The recipes all had several things in common.  A really high hardness number, which was attributed to the stearic acid and/or other hard oils. Amount ranged from a 54-76.  The recipes with numbers in the lower range where discribed as a medium density cream soap.  Also one of those recipes, the Everything Soapmaking Book, the author mentions on her website that her recipe can be put into pump bottles.  That tells me I probably shouldn't go any lower than 54 on hardness and also that 76 is probably really hard and may need to be put into jar containers.  All the recipes had the glycerin in the amounts stated above except for the one on the sage forum in which sodium lactate was used as well as the glycerin.  The conditioning numbers on all the recipes where pretty low. In my opinion too low.  Some  of them where "supercreamed" but stearic acid doesn't have any conditioning properties.  The one recipe that has a better conditioning number than the others was not supercreamed.  However, the glycerin and the sodium lactate would add some moisturizing, conditioning and skin softening factors.  Cleansing numbers varied as per usual recipes.  The Iodine levels on all the recipes where really, really low.  Again probably because of the high solid oil content.  The  INS numbers where way off like way higher than they are suppose to be for a bar soap.

So I took all that information and made my own first Cream Soap Recipe.  I probably should take my own advice and use a recipe that is already been done but I really want different oils in my recipe.  I don't want to use as much coconut oil as all these recipes call for.  So I decided to go for it and make my own. Next step is actually making the recipe.  Join me and see what happens.  :)

I am currently awaiting purchase of the Cream Soapmaking Booklet by Catherine Failor.  But the 5$USD book is going to cost me a pretty penny because it isn't sold in Canada.  So it's on hold till I can afford it.  Unfortunatly soaping supplies in the form of oils and lye is more important right now.  So I'm just going to go with what I have so far and experimentation.  If it doesn't work then I'll buy the book and see what hidden clues I'm missing.  :) Or, I could purchase the 'Cream Soap Naturally a reference guide for formulators' but then I'd have to sign a 'Terms and Conditions of Use Agreement' that would mean I couldn't share any information I learned with anyone else.   Bummer.  So no, I'm not going to do that because I believe that information and knowledge is for everyone to benifit and enjoy.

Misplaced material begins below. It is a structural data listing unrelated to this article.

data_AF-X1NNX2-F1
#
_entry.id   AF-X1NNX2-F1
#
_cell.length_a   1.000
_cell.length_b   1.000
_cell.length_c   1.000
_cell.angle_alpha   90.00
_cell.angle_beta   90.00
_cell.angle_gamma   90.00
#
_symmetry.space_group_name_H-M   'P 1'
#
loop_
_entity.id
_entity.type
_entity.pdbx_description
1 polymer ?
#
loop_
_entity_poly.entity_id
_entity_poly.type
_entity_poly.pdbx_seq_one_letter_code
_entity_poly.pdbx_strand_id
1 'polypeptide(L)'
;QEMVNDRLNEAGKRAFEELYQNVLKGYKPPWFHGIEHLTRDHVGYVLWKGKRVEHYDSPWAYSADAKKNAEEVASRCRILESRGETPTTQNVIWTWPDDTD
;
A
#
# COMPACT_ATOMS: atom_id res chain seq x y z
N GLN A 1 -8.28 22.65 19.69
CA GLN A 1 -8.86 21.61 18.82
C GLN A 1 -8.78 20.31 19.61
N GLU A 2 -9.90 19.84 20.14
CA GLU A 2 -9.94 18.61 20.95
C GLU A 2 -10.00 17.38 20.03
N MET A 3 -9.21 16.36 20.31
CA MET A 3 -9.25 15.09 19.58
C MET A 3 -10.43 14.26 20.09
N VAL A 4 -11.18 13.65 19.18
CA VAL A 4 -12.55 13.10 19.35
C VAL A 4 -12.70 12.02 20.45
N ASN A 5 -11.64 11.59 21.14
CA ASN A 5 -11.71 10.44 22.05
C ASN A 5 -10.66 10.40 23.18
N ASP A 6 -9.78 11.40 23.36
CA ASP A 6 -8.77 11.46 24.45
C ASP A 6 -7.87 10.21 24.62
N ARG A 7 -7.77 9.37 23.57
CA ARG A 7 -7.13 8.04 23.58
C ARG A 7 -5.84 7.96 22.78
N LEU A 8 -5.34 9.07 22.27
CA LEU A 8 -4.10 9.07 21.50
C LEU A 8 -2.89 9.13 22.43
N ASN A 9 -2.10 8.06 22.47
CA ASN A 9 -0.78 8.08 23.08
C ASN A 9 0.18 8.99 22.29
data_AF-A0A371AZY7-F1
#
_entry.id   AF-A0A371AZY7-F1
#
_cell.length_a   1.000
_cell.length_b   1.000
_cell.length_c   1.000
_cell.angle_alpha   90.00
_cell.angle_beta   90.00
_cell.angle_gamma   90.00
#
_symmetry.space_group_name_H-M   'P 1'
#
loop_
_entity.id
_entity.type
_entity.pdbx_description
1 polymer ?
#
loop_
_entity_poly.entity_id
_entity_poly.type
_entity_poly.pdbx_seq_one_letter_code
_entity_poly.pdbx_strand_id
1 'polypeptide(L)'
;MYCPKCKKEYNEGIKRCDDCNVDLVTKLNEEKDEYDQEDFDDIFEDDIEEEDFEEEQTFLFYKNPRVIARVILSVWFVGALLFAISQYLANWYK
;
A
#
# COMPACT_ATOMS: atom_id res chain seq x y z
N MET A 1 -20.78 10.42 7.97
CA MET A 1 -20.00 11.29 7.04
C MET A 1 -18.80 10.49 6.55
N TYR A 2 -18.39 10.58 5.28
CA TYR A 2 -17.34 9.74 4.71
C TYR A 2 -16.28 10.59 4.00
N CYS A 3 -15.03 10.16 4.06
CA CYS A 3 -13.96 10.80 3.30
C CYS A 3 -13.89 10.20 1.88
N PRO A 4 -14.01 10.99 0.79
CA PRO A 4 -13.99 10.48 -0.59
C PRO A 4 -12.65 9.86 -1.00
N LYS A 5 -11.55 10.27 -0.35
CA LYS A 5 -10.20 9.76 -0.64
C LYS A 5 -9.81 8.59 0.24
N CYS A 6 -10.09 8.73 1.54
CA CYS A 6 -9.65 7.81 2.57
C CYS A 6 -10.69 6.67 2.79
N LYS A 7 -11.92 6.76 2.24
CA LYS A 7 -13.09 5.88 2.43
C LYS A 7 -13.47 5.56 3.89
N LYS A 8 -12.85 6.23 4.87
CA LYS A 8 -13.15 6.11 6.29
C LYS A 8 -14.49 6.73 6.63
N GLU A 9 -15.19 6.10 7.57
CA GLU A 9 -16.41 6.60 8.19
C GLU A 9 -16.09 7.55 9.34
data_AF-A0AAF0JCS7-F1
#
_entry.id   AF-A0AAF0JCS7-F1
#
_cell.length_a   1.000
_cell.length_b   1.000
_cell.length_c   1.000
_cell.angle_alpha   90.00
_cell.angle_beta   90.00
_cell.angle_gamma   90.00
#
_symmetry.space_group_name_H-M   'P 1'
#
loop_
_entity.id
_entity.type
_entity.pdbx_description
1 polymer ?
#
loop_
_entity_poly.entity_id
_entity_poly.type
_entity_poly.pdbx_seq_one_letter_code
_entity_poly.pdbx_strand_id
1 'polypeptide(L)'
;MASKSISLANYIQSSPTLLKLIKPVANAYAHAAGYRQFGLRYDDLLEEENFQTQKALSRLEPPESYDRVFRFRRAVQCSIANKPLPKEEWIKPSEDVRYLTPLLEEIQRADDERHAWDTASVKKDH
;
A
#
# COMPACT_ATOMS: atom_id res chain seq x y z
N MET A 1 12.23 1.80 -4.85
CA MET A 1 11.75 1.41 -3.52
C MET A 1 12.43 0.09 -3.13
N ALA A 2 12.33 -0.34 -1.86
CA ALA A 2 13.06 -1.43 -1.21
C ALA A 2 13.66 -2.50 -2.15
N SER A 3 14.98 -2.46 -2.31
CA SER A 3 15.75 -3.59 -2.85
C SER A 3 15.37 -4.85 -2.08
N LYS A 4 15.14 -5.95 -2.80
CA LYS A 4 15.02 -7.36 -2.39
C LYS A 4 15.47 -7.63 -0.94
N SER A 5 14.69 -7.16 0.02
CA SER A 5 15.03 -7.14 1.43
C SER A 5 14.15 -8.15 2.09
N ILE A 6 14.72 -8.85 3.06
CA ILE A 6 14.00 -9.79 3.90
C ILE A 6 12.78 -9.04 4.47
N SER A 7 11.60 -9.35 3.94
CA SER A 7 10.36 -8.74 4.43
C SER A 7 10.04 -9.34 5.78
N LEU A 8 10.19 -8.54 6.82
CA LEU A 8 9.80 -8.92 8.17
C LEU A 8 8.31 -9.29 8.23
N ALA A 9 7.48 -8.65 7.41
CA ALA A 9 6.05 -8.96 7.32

Here are some reference/recipe links I found that really helped me out:


Advanced Lye Calculator from summerbee meadows


  1. I actually got KICKED OFF one soapmaking forum because I dared to reveal that stearic acid is not a mandatory ingredient of cream soap. People act as if Catherine Faillor invented it, but cream soaps go back more than a century.

    Cream soaps are just soft soaps. They're made with a mixture of sodium & potassium hydroxides, so as to result in soaps with a consistency partway between solid & liquid. Combine a recipe for bar soap and one for liquid soap in the right proportions, and you get a cream soap recipe. Stearic acid CAN be used in it, just as it can be used in bar soap, but there are fats & oils you can use instead that will provide a good deal of stearate when saponified.

    1. I'm curious: you can make a cream soap without stearic acid? That really appeals to me - would you mind sharing a recipe, Robert? I haven't yet made a cream soap but wanted to use the minimum amount of chemicals in it so would like to try cutting it out completely. Thanks.

    2. I don't have a PARTICULAR recipe, but cream soap is just a matter of a consistency too soft for a cake & too thick for a liquid. You can get any intermediate consistency you want by adjusting the ratio of sodium to potassium soap. The ashes that were used in the early time of soapmaking were partly of potassium & partly sodium, and made a soft soap which would be kept in pots. A little over a century ago, someone made soft soap sound sexier by rebranding it "cream soap".

      However, I'll add that if the soap is to be used primarily for shaving, then formulas with stearic acid will work much better than formulas without. In shaving cream, the other ingredients are practically a vehicle for delivering stearic acid, which is a great lubricant.

  2. Thank you finally I found an article to help me with my cream soap formulation. Like you I want to do my own mix.

  3. Thank you finally I found an article to help me with my cream soap formulation. Like you I want to do my own mix.

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  5. Thank you for information regarding Stearic Acid. I really do not want to add it to my soaps. I havent tried yet to make a cream soap, but it is on my mind. I am gathering all info possible, to make this type of soap